Whenever I see someone who has been suspended, I try to be intellectually honest and read their complaints and run it through my engineer filter. If they seem emotional, I try to identify what types of emotions are being communicated and use that to figure out what category the ban fits in.

    Group 1 Bans are usually pretty clear. These bans are usually a process, not a single event. Still, these victims feel that their speech is being controlled (and by definition it is) so they're usually angry.
    Group 2 Bans are often collateral damage, so the sense of injustice is elevated. From what I can tell, Twitter doesn't provide indicate that the suspension was automatic, therefore the user is forced to assume they have crossed some type of ideological barrier and therefore been deemed "not politially correct". The anger in this case usually has a tiny dash of confusion mixed in.

    Twitter usually tries to explain that it's a result of automatic filtering…. but without the context of what's going on in this episode, victims of group 2 bans are left to logically assume a political agenda on the part of twitter. They are assume they are the victim of a Group 1 ban. I do not think this is always the case.

    Heightened emotions lead Group 2 ban victims to tell as many people about the injustices at Twitter, often as loudly as possible. I've noticed when Twitter is notified (as recently happened with the movie "Unplanned" ) the suspension is reversed immediately, followed by a statement by Twitter explaining that the suspension was the result of an autonomous system. To the victim, this explanation is insufficient, and they continue to think Twitter actually wanted to silence them. In the cases I've read, the victims sometime think that because they yelled loud enough the decision was reversed because they publicly shamed Twitter.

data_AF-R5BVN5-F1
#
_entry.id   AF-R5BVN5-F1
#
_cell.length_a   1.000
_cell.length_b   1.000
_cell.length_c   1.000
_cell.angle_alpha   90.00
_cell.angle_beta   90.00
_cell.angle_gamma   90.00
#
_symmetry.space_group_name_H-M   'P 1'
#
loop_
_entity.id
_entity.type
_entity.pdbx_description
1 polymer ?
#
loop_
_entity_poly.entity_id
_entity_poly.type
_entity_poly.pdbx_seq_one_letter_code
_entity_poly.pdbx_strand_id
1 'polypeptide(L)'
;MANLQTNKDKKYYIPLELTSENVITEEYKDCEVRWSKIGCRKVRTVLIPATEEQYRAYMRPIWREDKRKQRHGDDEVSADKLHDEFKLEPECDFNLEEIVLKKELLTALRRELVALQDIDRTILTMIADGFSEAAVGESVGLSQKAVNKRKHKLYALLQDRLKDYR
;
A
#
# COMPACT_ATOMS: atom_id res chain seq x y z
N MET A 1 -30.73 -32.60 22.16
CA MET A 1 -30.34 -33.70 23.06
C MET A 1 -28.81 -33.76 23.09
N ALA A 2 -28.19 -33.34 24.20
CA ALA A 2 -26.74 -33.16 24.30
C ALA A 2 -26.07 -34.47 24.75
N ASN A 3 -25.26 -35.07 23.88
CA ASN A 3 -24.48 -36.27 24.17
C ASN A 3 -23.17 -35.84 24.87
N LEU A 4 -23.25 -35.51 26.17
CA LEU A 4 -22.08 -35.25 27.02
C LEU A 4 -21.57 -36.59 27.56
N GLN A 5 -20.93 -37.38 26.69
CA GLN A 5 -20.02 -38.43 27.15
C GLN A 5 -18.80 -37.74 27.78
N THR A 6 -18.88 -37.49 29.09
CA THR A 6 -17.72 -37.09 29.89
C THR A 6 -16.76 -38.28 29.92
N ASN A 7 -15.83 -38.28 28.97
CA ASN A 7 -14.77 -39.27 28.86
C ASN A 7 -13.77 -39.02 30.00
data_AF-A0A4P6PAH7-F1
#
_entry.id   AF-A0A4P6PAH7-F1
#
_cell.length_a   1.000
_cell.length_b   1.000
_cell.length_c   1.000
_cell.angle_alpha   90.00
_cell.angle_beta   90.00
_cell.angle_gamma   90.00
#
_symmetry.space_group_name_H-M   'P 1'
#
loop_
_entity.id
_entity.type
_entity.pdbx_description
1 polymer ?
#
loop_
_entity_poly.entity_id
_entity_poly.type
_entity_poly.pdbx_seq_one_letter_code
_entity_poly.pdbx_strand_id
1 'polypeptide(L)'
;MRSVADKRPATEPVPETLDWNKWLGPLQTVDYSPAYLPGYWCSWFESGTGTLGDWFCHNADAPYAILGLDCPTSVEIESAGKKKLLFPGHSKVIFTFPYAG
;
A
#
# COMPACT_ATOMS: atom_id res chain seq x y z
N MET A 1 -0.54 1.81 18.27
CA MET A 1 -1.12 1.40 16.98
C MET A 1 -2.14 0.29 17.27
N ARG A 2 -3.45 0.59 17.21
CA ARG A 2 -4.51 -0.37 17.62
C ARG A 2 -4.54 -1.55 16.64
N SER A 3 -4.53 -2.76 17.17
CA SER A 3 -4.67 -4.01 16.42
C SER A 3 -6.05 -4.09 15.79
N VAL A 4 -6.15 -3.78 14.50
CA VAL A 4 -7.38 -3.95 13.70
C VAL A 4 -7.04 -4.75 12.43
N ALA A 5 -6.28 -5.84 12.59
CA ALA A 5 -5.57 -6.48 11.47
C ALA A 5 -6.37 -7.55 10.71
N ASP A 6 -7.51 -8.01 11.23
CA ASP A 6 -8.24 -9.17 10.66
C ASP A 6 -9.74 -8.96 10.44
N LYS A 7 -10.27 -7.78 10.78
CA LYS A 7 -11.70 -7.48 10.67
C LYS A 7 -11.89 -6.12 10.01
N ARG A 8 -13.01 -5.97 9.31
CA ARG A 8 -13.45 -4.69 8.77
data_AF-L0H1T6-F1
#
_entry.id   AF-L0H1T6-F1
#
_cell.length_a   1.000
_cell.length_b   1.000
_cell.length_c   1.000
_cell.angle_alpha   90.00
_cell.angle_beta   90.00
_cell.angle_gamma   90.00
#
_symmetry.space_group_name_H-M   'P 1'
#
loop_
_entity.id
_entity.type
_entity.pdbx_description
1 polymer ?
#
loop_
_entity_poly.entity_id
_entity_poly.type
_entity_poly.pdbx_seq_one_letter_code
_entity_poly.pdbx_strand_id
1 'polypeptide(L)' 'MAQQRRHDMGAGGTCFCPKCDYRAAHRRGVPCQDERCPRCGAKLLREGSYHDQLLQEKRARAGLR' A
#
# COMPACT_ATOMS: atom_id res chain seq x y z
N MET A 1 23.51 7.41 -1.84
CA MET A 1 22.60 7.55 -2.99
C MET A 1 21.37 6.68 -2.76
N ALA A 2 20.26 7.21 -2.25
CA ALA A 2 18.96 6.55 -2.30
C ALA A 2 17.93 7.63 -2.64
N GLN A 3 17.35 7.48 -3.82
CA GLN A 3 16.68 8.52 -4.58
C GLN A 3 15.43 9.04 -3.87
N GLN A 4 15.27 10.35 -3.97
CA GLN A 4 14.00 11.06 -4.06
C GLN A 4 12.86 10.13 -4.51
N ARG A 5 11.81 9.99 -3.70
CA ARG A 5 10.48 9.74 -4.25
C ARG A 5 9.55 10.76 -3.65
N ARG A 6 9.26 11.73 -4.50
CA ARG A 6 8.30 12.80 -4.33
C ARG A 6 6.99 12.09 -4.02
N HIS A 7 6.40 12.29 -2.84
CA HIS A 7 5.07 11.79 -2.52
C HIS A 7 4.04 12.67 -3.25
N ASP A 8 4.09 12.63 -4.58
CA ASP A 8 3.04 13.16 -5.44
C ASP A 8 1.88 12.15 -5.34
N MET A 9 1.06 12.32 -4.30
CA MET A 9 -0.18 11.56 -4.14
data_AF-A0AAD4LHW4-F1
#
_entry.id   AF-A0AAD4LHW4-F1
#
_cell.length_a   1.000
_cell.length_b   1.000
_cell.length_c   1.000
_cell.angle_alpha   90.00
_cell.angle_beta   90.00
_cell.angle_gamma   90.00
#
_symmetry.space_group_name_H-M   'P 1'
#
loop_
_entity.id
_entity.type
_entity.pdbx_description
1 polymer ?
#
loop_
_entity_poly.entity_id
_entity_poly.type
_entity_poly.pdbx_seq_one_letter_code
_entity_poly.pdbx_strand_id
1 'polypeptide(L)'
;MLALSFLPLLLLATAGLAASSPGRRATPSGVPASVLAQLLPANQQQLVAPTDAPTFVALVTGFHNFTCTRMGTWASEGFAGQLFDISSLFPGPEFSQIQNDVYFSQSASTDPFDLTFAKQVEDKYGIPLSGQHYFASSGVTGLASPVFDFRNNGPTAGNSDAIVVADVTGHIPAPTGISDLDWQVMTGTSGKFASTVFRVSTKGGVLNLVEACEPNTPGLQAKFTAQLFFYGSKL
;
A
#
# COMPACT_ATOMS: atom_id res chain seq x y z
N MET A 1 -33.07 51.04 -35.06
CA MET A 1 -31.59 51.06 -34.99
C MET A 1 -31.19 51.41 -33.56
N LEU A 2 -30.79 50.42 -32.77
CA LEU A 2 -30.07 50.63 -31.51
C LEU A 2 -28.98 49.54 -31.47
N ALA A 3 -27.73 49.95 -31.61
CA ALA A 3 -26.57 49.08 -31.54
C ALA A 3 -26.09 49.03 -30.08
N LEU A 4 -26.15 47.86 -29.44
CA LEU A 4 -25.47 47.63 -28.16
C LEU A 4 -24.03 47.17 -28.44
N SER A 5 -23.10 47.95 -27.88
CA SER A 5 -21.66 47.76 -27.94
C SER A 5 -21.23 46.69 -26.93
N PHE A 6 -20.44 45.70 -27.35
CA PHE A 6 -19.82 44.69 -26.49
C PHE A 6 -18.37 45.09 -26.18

The implications of this are pretty big for Twitter. The result of all this confusion is that the public ends up thinking Twitter's efforts to "control" things are much lager than they actually are. I think it's a good idea for Twitter to be more transparent about this stuff, and Del said they're moving in that direction which is great. For the record, Twitter was 100% open with me and didn't restrict my message in any way.

    Because these issues are related to countermeasures, Twitter's sometimes not at liberty to discuss what exactly triggered their system, because knowledge of such systems could lead to exploitation.